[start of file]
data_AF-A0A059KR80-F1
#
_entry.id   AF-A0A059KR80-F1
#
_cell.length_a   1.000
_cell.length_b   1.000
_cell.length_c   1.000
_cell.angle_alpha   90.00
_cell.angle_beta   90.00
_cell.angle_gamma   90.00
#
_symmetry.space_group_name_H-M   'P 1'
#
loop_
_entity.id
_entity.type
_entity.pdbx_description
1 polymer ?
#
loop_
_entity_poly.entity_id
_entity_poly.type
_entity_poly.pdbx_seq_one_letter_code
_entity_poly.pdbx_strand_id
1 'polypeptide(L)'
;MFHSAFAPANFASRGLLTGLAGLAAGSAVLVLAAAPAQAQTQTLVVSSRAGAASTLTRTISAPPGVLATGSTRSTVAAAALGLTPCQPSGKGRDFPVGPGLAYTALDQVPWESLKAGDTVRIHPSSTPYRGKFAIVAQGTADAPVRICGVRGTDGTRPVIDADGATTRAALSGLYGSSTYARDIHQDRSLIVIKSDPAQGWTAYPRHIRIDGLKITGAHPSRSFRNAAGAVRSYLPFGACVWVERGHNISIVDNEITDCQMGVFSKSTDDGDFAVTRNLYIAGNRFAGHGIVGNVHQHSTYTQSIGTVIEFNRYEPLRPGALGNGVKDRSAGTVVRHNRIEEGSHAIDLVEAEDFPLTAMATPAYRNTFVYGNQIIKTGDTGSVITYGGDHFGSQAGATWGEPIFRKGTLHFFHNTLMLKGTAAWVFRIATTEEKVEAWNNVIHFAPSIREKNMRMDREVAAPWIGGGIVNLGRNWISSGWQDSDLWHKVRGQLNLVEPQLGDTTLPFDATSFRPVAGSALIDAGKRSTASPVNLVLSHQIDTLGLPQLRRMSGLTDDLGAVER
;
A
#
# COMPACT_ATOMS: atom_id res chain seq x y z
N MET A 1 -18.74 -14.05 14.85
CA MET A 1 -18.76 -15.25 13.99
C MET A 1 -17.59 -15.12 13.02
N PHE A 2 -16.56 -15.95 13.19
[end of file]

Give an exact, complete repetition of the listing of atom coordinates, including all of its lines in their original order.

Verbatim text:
data_AF-A0A059KR80-F1
#
_entry.id   AF-A0A059KR80-F1
#
_cell.length_a   1.000
_cell.length_b   1.000
_cell.length_c   1.000
_cell.angle_alpha   90.00
_cell.angle_beta   90.00
_cell.angle_gamma   90.00
#
_symmetry.space_group_name_H-M   'P 1'
#
loop_
_entity.id
_entity.type
_entity.pdbx_description
1 polymer ?
#
loop_
_entity_poly.entity_id
_entity_poly.type
_entity_poly.pdbx_seq_one_letter_code
_entity_poly.pdbx_strand_id
1 'polypeptide(L)'
;MFHSAFAPANFASRGLLTGLAGLAAGSAVLVLAAAPAQAQTQTLVVSSRAGAASTLTRTISAPPGVLATGSTRSTVAAAALGLTPCQPSGKGRDFPVGPGLAYTALDQVPWESLKAGDTVRIHPSSTPYRGKFAIVAQGTADAPVRICGVRGTDGTRPVIDADGATTRAALSGLYGSSTYARDIHQDRSLIVIKSDPAQGWTAYPRHIRIDGLKITGAHPSRSFRNAAGAVRSYLPFGACVWVERGHNISIVDNEITDCQMGVFSKSTDDGDFAVTRNLYIAGNRFAGHGIVGNVHQHSTYTQSIGTVIEFNRYEPLRPGALGNGVKDRSAGTVVRHNRIEEGSHAIDLVEAEDFPLTAMATPAYRNTFVYGNQIIKTGDTGSVITYGGDHFGSQAGATWGEPIFRKGTLHFFHNTLMLKGTAAWVFRIATTEEKVEAWNNVIHFAPSIREKNMRMDREVAAPWIGGGIVNLGRNWISSGWQDSDLWHKVRGQLNLVEPQLGDTTLPFDATSFRPVAGSALIDAGKRSTASPVNLVLSHQIDTLGLPQLRRMSGLTDDLGAVER
;
A
#
# COMPACT_ATOMS: atom_id res chain seq x y z
N MET A 1 -18.74 -14.05 14.85
CA MET A 1 -18.76 -15.25 13.99
C MET A 1 -17.59 -15.12 13.02
N PHE A 2 -16.56 -15.95 13.19